Dathon & Lie Low
Cities in Blight
Am I qualified to write this? It’s hard to judge my objectivity here. I’m close to the material at hand, if not privileged to the background of the music, then especially intimate with all of the work that lead up to this. But I’m as in the dark on this stuff as you, and when you consider the nature of improv, how can you make any sort of judgment call that involves pretense? I’m left with the awkward predicament that whatever I write will seem relative to my experience, and not evaluated by the text alone in my sort of dirty-blogger by way of Harold Bloom kind of way of writing here usually goes. It’s up to you to decide if I’m fair or accurate.
There is a visceral, kind of gristly bit that opens the album, a high pitched and kind of bitter note that recurs throughout. It’s hard to say if that’s an intentional motif, that rigid feedback squalor so indebted to mid-80’s industrial, but it does serve as an excellent counter balance to the otherwise serene drone that carries the meat of the recording. The juxtaposition of the two makes for a nice aural narrative, what you might expect from a city in blight, especially if you’ve ever visited a place like Detroit, which is equal parts faded regal glory and urban decay, spread out in haphazard display.
That isn’t to say that taken as a whole that the music seems discordant in it’s architecture, or that any note is out of place. There is a quiet calm that more than once borders on seething, the sort of thing best left to those moods where you sit in your car alone, the windows rolled up in the blazing summer heat, teeth gritted with anger over your indignation just waiting to unleash. There is something almost coiled about the music here, like it’s waiting to strike, or as if this is the calm before the storm. Maybe, given the subject matter here, the music is less about some impending action, and more a reaction to what has. This stands to logic when you place this into the improv context wherein each musician plays off of one another.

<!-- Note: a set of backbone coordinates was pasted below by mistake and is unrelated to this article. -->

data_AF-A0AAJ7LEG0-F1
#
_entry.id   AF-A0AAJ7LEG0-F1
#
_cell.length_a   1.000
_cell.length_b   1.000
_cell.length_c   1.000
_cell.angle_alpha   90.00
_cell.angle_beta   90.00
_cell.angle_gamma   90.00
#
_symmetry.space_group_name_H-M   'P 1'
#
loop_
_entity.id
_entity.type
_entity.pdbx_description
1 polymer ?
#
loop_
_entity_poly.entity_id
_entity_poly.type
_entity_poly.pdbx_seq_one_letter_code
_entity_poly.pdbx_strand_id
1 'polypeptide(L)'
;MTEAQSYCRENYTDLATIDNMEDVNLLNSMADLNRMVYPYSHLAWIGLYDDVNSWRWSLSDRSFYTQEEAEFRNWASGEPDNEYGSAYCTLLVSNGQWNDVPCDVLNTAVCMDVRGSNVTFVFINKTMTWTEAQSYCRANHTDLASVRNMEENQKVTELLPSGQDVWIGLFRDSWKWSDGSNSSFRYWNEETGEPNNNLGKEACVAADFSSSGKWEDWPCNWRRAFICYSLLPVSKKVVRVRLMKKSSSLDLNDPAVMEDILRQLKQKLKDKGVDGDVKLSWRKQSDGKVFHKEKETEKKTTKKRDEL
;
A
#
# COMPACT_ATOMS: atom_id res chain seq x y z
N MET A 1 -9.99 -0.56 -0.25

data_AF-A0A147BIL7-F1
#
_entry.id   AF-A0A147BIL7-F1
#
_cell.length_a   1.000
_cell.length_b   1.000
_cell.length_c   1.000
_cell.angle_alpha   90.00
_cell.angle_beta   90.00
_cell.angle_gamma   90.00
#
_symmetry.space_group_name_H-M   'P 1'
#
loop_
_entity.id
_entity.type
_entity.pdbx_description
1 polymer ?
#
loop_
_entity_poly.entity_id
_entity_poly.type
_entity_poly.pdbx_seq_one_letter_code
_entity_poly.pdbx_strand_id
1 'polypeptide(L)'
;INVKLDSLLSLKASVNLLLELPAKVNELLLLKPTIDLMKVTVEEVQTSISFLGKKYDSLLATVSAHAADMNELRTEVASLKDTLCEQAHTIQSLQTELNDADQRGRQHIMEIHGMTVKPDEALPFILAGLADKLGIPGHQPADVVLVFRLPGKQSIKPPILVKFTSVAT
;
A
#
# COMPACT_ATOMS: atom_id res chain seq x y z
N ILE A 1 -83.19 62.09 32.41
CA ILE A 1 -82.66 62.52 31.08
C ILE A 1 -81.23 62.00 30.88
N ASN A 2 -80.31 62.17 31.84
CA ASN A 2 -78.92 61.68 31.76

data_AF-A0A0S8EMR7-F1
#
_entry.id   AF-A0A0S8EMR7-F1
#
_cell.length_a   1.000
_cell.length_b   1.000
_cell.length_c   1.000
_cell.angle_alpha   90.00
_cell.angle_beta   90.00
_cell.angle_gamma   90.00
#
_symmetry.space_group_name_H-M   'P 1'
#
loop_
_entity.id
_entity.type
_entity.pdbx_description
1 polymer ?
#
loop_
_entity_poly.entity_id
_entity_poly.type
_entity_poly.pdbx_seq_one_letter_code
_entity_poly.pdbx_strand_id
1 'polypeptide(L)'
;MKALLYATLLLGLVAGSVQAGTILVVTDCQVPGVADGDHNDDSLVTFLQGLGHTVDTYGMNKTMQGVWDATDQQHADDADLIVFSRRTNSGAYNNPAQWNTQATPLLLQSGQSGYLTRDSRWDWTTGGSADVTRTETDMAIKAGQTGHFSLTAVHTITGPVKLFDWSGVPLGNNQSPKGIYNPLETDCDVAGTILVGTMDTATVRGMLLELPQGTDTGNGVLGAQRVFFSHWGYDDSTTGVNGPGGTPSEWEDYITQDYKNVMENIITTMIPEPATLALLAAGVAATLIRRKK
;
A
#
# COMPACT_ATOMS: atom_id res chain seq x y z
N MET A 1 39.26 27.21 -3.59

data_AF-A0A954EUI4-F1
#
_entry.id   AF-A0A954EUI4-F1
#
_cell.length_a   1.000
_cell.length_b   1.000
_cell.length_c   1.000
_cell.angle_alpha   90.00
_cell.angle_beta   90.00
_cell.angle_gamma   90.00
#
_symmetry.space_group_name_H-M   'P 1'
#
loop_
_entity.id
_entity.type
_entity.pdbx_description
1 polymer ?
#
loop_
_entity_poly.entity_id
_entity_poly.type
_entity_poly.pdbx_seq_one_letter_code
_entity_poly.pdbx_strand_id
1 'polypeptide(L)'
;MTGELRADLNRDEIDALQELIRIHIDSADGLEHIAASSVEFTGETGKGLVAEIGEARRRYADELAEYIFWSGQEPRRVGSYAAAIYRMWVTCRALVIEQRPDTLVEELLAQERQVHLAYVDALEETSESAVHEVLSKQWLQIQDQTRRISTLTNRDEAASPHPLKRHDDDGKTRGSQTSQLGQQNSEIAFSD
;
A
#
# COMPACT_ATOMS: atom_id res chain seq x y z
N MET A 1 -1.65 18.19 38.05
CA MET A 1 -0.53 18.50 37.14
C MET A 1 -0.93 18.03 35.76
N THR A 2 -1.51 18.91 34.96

This is literally a tale of two cities, three if you count the common location on the ven diagram between both musicians, but it never plays out as such. Recorded in two very different geographical locations, the two mesh seamlessly at times, to the extent that one presence gets lost in the other. The end result is often transcendent, a meditative experience best reserved for some time you can get lost in thought. Cities in Blight is cinematic in scope, but somehow still maintains an implicit intimacy, the perfect score for a film both dark and noir-ish or a welcome companion for reading or thought.
You can listen for yourself here: